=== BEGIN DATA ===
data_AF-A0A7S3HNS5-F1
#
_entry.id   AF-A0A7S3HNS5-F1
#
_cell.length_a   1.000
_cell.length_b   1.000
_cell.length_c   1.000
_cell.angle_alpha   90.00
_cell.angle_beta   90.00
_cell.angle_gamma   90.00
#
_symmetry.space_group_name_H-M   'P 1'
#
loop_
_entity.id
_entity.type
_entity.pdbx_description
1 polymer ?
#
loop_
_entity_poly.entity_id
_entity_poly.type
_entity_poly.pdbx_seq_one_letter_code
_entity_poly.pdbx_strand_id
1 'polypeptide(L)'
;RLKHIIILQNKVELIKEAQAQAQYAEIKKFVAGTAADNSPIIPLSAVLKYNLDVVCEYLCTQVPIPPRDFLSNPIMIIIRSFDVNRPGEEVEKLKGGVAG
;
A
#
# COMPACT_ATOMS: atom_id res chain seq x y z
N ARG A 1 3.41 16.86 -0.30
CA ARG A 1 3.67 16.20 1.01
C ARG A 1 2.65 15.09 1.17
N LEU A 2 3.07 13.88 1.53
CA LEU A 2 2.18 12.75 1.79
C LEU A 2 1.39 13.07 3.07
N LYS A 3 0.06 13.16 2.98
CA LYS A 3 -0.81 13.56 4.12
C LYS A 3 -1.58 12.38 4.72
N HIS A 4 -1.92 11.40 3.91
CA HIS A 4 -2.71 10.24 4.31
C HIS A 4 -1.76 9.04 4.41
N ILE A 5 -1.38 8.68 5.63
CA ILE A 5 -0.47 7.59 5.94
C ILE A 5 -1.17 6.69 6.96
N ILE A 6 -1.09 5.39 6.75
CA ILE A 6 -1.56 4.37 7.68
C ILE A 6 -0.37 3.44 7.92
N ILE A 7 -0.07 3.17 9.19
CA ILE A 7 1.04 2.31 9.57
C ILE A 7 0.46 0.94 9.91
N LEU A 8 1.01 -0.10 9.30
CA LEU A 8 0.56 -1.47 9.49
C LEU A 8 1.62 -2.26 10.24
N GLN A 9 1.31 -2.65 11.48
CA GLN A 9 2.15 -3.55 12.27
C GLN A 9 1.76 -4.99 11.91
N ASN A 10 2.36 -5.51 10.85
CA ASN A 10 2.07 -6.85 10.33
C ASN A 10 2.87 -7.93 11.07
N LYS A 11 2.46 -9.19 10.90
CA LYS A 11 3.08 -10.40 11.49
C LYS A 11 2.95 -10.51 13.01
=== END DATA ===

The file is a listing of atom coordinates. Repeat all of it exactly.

data_AF-A0A7S3HNS5-F1
#
_entry.id   AF-A0A7S3HNS5-F1
#
_cell.length_a   1.000
_cell.length_b   1.000
_cell.length_c   1.000
_cell.angle_alpha   90.00
_cell.angle_beta   90.00
_cell.angle_gamma   90.00
#
_symmetry.space_group_name_H-M   'P 1'
#
loop_
_entity.id
_entity.type
_entity.pdbx_description
1 polymer ?
#
loop_
_entity_poly.entity_id
_entity_poly.type
_entity_poly.pdbx_seq_one_letter_code
_entity_poly.pdbx_strand_id
1 'polypeptide(L)'
;RLKHIIILQNKVELIKEAQAQAQYAEIKKFVAGTAADNSPIIPLSAVLKYNLDVVCEYLCTQVPIPPRDFLSNPIMIIIRSFDVNRPGEEVEKLKGGVAG
;
A
#
# COMPACT_ATOMS: atom_id res chain seq x y z
N ARG A 1 3.41 16.86 -0.30
CA ARG A 1 3.67 16.20 1.01
C ARG A 1 2.65 15.09 1.17
N LEU A 2 3.07 13.88 1.53
CA LEU A 2 2.18 12.75 1.79
C LEU A 2 1.39 13.07 3.07
N LYS A 3 0.06 13.16 2.98
CA LYS A 3 -0.81 13.56 4.12
C LYS A 3 -1.58 12.38 4.72
N HIS A 4 -1.92 11.40 3.91
CA HIS A 4 -2.71 10.24 4.31
C HIS A 4 -1.76 9.04 4.41
N ILE A 5 -1.38 8.68 5.63
CA ILE A 5 -0.47 7.59 5.94
C ILE A 5 -1.17 6.69 6.96
N ILE A 6 -1.09 5.39 6.75
CA ILE A 6 -1.56 4.37 7.68
C ILE A 6 -0.37 3.44 7.92
N ILE A 7 -0.07 3.17 9.19
CA ILE A 7 1.04 2.31 9.57
C ILE A 7 0.46 0.94 9.91
N LEU A 8 1.01 -0.10 9.30
CA LEU A 8 0.56 -1.47 9.49
C LEU A 8 1.62 -2.26 10.24
N GLN A 9 1.31 -2.65 11.48
CA GLN A 9 2.15 -3.55 12.27
C GLN A 9 1.76 -4.99 11.91
N ASN A 10 2.36 -5.51 10.85
CA ASN A 10 2.07 -6.85 10.33
C ASN A 10 2.87 -7.93 11.07
N LYS A 11 2.46 -9.19 10.90
CA LYS A 11 3.08 -10.40 11.49
C LYS A 11 2.95 -10.51 13.01